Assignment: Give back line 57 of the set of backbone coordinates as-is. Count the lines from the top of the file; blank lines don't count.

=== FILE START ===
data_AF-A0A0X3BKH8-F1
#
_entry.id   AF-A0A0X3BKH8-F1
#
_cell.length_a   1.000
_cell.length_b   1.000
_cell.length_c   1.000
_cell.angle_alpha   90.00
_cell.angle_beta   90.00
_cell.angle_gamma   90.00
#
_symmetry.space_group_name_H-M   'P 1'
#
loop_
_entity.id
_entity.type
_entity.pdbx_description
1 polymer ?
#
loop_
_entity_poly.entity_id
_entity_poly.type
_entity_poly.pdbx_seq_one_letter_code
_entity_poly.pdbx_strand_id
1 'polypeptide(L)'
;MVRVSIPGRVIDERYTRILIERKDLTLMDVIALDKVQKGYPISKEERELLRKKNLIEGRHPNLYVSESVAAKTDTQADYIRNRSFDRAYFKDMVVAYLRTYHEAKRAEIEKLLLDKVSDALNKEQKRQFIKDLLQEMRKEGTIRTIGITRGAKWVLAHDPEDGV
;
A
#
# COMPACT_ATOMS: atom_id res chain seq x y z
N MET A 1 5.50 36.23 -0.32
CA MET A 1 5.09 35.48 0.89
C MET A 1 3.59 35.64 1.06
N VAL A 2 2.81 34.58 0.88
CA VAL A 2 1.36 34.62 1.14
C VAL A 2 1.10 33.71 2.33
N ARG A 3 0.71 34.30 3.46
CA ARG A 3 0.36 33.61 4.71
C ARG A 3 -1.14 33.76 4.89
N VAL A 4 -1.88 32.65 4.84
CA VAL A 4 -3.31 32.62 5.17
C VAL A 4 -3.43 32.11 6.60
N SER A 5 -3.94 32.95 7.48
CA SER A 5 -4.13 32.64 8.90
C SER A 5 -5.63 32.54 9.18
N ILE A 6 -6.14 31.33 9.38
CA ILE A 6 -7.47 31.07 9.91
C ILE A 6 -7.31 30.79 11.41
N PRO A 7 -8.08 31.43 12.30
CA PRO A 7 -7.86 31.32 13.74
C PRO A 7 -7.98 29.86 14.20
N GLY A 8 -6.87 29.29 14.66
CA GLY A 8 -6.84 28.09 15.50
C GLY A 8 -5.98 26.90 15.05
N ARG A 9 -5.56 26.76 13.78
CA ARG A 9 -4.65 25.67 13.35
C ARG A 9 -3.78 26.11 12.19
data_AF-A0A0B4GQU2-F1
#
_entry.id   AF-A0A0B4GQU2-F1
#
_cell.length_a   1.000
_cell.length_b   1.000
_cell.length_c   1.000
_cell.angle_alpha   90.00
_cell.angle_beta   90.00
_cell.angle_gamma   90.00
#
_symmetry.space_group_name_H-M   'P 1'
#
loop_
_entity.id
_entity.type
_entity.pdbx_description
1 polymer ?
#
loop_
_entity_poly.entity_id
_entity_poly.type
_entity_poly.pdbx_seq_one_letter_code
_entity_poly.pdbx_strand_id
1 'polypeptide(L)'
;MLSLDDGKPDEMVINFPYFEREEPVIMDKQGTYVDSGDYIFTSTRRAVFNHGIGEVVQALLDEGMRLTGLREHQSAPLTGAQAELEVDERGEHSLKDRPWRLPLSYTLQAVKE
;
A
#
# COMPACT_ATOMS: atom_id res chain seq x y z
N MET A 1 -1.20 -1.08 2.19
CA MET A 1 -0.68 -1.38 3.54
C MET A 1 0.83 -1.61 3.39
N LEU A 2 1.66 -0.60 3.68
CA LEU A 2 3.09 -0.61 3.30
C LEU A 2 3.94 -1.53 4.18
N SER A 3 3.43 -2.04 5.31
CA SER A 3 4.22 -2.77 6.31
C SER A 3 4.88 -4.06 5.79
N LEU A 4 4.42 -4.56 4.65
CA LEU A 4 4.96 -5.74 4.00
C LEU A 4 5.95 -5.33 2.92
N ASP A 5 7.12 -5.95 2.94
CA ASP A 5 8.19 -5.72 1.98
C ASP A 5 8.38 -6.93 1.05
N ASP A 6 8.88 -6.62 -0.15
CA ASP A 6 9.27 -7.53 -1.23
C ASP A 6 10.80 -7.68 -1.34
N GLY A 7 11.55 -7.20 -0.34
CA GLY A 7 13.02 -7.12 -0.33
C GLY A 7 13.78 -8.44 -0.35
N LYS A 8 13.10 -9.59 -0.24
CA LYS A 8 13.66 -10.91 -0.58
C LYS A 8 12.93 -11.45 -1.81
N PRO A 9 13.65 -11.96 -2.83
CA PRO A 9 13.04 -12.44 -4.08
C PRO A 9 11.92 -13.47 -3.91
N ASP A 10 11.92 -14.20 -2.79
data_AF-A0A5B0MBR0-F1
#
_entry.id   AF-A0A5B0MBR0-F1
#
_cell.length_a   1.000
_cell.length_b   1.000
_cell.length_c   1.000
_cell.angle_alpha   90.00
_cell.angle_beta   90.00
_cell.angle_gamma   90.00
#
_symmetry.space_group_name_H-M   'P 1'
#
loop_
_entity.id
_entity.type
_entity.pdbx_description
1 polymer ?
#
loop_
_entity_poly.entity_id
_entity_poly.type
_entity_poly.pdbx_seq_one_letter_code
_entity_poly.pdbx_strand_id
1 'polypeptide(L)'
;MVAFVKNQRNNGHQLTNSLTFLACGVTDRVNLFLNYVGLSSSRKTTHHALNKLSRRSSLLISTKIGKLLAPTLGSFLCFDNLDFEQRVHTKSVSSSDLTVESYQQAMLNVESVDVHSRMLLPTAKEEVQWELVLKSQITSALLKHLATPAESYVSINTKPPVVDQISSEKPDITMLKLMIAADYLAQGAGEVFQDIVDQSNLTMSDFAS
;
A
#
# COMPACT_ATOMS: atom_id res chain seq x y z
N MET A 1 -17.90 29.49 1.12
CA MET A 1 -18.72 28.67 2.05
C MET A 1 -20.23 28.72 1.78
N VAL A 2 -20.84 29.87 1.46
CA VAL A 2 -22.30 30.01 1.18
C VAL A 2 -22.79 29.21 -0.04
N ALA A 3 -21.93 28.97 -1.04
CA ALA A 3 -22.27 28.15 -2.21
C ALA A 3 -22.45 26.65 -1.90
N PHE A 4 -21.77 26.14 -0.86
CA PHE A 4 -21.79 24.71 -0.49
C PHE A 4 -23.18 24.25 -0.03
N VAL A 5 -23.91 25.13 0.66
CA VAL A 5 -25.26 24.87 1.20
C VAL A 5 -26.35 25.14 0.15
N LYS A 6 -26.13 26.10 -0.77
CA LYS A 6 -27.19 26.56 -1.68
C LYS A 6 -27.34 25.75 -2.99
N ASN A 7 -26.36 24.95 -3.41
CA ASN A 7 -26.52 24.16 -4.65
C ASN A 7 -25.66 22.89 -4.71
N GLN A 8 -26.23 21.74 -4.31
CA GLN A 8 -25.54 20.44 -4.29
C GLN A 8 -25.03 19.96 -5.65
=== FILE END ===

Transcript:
C ARG A 9 -3.78 26.11 12.19